George Floyd: Police department building goes up in flames during third night of protests


A police station in Minneapolis has been set on fire after protesters calling for justice for George Floyd set off fireworks, according to reports.

Dramatic images show the Minneapolis Police Department’s Third Precinct surrounded by flames on Thursday night, local time.

The station's windows were broken and protesters climbed over fences as officers retreated having fired projectiles, reports the New York Times.

Images later showed officers abandoning the department as rioters celebrated, posing for pictures in front of the flames.
Protesters gather outside the burning police station (Image: REUTERS)

Alarms blared as protesters continued to chant, according to reports.

“This is 400 years of anger,” one protester, Justin Galbraith, told The Daily Beast.

“There are so many innocent lives lost by the police. We protest peacefully and there is no accountability. So this happens,” demonstrator Cecilia Zwak said.
Rioters were seen cheering as the building went up in flames (Image: REUTERS)
Fireworks had reportedly been set off, which started the fire (Image: REUTERS)

It comes as Minnesota's governor Tim Walz activated the National Guard to help police restore order against protests - now into their third night - over the death of unarmed black man Mr Floyd.

Graphic video footage shows the 46-year-old gasping for breath as white officer Derek Chauvin kneels on his neck for several minutes before he loses consciousness.

Mr Walz ordered Guard troops to assist police as local, state and federal law enforcement officials sought to ease racial tensions sparked by Monday night's fatal arrest by vowing to achieve justice in the case.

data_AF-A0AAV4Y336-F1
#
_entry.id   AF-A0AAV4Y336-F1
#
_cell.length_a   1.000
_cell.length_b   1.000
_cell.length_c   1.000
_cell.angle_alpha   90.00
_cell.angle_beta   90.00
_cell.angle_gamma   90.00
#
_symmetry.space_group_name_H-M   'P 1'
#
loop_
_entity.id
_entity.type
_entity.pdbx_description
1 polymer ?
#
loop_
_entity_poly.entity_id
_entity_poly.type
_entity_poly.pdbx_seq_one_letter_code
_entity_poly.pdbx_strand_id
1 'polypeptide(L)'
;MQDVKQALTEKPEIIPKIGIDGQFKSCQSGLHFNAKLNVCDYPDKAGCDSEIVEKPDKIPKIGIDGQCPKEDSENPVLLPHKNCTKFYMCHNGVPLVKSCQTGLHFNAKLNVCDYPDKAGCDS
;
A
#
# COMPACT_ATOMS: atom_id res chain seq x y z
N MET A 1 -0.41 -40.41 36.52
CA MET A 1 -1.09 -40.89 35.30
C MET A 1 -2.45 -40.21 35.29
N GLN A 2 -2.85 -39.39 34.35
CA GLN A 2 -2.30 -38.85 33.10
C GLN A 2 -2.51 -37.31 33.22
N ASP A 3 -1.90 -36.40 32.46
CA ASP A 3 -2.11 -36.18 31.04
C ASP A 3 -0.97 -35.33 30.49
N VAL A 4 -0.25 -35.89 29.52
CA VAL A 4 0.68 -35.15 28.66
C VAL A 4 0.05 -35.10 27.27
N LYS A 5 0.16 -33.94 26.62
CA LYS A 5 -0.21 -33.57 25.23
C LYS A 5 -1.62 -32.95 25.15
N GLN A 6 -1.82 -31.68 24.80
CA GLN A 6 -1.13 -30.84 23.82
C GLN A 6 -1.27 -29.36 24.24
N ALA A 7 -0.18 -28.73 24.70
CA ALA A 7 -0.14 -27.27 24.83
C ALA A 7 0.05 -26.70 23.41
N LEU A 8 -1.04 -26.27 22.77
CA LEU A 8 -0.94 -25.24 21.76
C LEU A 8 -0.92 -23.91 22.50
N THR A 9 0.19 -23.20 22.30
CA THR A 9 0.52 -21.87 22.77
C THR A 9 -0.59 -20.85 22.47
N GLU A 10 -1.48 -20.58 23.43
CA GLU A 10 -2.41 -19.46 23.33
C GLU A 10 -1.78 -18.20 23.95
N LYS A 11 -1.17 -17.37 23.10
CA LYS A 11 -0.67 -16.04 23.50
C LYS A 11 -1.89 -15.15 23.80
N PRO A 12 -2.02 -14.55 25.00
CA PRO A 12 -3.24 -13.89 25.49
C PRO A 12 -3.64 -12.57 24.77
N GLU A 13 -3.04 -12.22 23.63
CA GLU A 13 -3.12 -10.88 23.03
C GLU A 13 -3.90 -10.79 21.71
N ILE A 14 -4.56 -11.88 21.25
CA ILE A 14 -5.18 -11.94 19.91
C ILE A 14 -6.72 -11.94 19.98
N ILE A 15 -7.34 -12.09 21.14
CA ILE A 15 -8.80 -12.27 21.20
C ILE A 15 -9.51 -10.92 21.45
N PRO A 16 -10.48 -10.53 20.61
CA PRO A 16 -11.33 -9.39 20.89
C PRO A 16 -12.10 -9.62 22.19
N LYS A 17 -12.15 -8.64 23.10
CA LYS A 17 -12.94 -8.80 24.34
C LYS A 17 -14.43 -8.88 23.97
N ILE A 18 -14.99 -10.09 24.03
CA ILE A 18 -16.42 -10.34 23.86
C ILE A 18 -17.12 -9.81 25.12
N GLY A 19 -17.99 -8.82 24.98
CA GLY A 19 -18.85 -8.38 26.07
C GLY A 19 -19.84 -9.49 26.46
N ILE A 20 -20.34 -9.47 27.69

Officers were seen abandoning the station (Image: TANNEN MAURY/EPA-EFE/Shutterstock)
Protests have continued to grow increasingly more violent (Image: TANNEN MAURY/EPA-EFE/Shutterstock)

Four city police officers involved in the incident, including Chauvin, were fired from their jobs the next day.

The Floyd case is reminiscent of the 2014 killing of Eric Garner, an unarmed black man in New York City who died after being put in a banned police chokehold as he, too, was heard to mutter, "I can't breathe."

His dying words became a rallying cry for the Black Lives Matter movement that formed amid a wave of killings of African-Americans by police.
The station was set alight on Thursday night (Image: TANNEN MAURY/EPA-EFE/Shutterstock)
Demonstrators continued to chant and hold signs (Image: TANNEN MAURY/EPA-EFE/Shutterstock)

Protesters thronged Minneapolis streets for a third day on Thursday chanting "I can't breathe," as they rallied peacefully at the Hennepin County Government Center and marched through downtown, demanding the four officers be swiftly arrested.

"There is probable cause right now" to make those arrests, civil rights activist the Rev. Al Sharpton said as he addressed the crowd.

"We're not asking for a favor. We're asking for what is right."

Garner's mother, Gwen Carr, said Floyd's case had renewed the trauma she suffered six years ago.

"This is just opening up an old wound, and pouring salt into it," she said.
Protesters gathered outside the Hennepin County Government Center (Image: REUTERS)